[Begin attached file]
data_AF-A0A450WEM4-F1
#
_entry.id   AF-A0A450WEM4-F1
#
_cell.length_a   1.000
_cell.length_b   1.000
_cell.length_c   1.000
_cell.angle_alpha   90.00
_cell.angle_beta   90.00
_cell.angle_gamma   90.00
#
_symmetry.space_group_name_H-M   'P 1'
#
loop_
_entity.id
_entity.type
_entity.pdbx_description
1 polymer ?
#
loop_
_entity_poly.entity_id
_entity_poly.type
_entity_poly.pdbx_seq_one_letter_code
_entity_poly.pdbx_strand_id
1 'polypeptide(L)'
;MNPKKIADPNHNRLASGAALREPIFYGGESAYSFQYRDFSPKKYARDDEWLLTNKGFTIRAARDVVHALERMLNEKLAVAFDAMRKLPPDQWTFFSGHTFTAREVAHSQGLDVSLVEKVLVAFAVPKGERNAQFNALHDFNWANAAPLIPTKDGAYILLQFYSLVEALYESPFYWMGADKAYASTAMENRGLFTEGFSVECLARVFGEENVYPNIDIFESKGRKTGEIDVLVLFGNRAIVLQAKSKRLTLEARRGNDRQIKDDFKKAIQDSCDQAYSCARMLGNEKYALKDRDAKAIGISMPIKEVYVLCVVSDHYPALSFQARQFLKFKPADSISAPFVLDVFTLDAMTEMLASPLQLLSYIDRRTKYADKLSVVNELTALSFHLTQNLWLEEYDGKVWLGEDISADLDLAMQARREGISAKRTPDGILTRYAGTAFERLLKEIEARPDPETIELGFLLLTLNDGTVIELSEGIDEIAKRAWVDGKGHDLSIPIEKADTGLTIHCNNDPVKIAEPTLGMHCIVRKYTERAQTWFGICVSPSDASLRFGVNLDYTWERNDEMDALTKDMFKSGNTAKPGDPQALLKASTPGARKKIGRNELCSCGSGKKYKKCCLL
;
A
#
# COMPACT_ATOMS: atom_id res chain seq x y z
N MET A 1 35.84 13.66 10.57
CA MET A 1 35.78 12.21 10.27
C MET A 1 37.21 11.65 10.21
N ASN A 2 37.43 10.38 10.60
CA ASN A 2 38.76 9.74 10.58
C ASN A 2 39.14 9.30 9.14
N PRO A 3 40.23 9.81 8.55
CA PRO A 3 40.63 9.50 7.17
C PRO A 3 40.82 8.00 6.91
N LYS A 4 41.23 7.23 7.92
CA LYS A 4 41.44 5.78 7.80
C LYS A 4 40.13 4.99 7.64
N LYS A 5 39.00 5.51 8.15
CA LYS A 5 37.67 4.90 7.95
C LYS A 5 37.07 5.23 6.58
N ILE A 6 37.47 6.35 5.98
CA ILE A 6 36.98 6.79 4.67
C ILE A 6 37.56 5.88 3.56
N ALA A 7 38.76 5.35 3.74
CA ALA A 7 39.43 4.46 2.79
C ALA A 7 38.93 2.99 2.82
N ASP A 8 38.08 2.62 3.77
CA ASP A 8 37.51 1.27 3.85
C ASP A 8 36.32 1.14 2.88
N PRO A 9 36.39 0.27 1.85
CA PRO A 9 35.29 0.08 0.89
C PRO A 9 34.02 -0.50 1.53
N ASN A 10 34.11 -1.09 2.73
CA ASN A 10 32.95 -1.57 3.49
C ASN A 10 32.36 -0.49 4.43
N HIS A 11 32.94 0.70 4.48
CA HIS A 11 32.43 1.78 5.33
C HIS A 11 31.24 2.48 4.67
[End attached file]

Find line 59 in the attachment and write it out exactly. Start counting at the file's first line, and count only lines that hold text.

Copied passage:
CA ASN A 10 32.95 -1.57 3.49